Got Answers? Three Campaigns — Three Conundrums

Ready for some audience participation?

Here’s your chance. I’m going to present to you three riddles — case studies in various stages of completion — and see what you make of them. One has me stumped, one has me curious, and the last has me saying “Oh, no!” Here goes:

Case Study One: The Underperforming AOL Mail

A large, popular, service-oriented Web site was sending emails to its existing customer base. The database is strictly opt-in. Visitors to the site must check a box (there are no default checks) to receive email. When they opt-in, they choose to receive mailings in one of three forms: text, HTML and AOL.

In this instance, the company created a mailing. It sent a text version to those who selected text and the same HTML version to both the AOL and HTML users. According to the marketing VP who headed the campaign, “The code for both versions (AOL and non-AOL HTML) is nothing complex, like Java or DHTML or animation, just basic stuff like images (five or six) and a table or two.”

Result: The non-AOL HTML open rate is 56.9 percent. The AOL open rate is 13.3 percent.

What’s going on here? We discussed several possibilities, but haven’t come up with anything definitive. The site in question has a close relationship with AOL, so it’s unlikely the outbound servers aren’t being recognized. AOL users might be so overwhelmed with commercial mail they tend to delete them without opening, but at those rates, that’s unlikely to account for the significant difference. Could it be a large percentage of the AOL user base is using old software versions and they could barely read HTML?

Please send me your thoughts and ideas. I’ll compile them here next week.

Case Study Two: More on AOL

AOL users are a special case, as is clear from other case studies I’ve written. In the past, email marketers struggled with AOL’s HTML support, although later releases of the client software have changed this somewhat. Now, there’s a new dilemma.

“When sending a text email, in order to make the links clickable in AOL you need to wrap them in a bit of code (),” writes a friend. “Granted, it’s not pure text, but that’s what we do for text versions so people can click in AOL the same they would be able to in Outlook or Yahoo. What I’ve discovered is this only works in the software version — AOL’s Web-based mail (and CompuServe’s) bungles the HTML coding!”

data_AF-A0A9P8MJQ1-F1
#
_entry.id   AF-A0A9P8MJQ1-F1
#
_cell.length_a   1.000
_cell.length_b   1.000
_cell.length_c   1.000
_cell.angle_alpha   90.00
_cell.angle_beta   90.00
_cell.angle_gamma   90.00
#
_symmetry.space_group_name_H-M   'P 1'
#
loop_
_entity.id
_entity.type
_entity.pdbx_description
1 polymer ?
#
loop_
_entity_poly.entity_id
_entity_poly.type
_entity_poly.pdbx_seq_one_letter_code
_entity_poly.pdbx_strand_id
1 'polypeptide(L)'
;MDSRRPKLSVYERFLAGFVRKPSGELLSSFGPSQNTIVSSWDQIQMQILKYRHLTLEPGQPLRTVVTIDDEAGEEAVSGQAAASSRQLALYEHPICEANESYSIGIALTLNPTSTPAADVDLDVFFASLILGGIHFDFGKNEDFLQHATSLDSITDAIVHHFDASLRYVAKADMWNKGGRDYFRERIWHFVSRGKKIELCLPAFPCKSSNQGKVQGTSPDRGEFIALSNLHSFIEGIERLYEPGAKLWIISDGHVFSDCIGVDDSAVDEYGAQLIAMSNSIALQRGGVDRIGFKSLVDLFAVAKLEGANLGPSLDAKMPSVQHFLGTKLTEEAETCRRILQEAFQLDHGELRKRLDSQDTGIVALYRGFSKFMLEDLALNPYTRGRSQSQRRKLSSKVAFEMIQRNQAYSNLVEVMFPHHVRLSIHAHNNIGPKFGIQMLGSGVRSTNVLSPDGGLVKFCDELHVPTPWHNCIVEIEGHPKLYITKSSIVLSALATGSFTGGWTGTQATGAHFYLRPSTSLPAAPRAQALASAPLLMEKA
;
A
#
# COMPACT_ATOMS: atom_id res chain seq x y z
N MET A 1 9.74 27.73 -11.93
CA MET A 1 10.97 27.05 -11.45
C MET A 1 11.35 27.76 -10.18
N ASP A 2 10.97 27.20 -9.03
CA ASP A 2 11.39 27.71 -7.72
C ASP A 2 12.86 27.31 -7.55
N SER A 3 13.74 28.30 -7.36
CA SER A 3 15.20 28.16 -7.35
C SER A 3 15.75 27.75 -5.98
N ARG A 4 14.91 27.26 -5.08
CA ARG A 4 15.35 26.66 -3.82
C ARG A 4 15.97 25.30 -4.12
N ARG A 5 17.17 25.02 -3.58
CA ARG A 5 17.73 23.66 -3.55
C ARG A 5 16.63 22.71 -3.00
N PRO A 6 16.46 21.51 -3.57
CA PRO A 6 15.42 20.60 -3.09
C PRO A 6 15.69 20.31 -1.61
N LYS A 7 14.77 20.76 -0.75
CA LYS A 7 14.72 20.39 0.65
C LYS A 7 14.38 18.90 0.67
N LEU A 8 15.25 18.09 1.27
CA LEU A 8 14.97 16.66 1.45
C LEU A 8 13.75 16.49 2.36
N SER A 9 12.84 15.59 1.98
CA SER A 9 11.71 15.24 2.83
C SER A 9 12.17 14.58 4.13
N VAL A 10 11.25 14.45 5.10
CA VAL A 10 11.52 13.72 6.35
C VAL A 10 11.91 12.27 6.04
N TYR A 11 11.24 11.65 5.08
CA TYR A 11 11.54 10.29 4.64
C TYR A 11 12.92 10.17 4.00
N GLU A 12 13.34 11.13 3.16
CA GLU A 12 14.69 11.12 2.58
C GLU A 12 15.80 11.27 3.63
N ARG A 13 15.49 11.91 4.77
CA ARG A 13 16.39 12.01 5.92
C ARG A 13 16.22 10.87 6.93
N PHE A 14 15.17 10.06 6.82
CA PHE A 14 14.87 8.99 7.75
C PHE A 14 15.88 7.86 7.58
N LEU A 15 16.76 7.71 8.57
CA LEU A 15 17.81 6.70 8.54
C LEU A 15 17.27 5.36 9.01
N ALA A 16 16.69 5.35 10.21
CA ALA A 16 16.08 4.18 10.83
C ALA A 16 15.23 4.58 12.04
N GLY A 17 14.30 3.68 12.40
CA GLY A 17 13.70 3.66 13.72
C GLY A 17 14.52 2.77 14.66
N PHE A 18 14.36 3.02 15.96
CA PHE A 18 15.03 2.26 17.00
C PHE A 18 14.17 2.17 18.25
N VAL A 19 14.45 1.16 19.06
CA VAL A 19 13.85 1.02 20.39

What have others done to get around this? We’ve tried to get an idea of what percentage of AOL users log on to the Web site to check mail, rather than dialing up through the AOL software but those statistics are unavailable. Have any of you encountered this problem? Any suggestions?

Case Study Three: Champagne Spam

I got the following email query from Mike Booth of World Printmakers. My first reaction was, “Oh no! Don’t do it!” I replied to him and suggested he allow me to include this in my column and solicit alternative solutions. He agreed. So here you are. My comments are in italics:

“I’ve got quite a sweet little Web site called ‘World Printmakers,’ which gets about 50,000 hits a month but doesn’t sell many fine-art prints.

“I think I have to get more proactive and go out and get’em, i.e.: email marketing.

“Problem is, my opt-in newsletter only attracts artists (around 2,000 of them), and I want to approach companies. So my plan is to buy one of those $99 email spider programs, spider through a lot of company Web sites, grab their emails and send out some brief, tasteful mailings offering them our authentic limited-edition fine-art prints as corporate gifts.

“I know what you’re thinking: Spam! Arrrrgggghhhhh!!!”

(Yes, that’s exactly what I’m thinking. No. Please no. As a consumer, I know how much I hate spending even a second on unsolicited commercial email. As a marketer, I know that it can lead to some nasty backlash).

“Am I permitted to disagree? What I propose is plain, old-fashioned direct marketing. My prospects can throw away my (brief, tasteful, attractive and educational) mailing, or asked to be removed from my list. We get direct-mail publicity in our mailboxes every day and nobody (almost nobody) gets nervous or aggressive about it.

(Brief, tasteful, attractive and educational are in the eye of the beholder…)

“I know the prevailing wisdom is spam is a no-no, but I submit that there’s spam and there’s spam. Mine will be “champagne spam,” so tasteful, light and delightful that people will anxiously await the next mailing.


“As for buying opt-in mailing lists: a) I don’t have any budget to pay for lists. I’m lucky to have the money to pay the phone bill and the printer ink! b) Opt-in lists which are for sale are bogus, anyway. Sure, somebody opted in for something in the beginning, but you can be sure he didn’t opt in to have his email address rented out all over the world! Am I wrong about this?

“Bottom line: Am I deceiving myself and heading into a lot of trouble? Or do you think I might have a go and see what happens?”

OK, readers, please be nice. There are many points to address here. I only touched on a couple. If you’d like to influence the direction of this case study, email your ideas and I’ll post them here next week. Plus, I’ll let you know what Mike ended up doing, and any results he can share with us.

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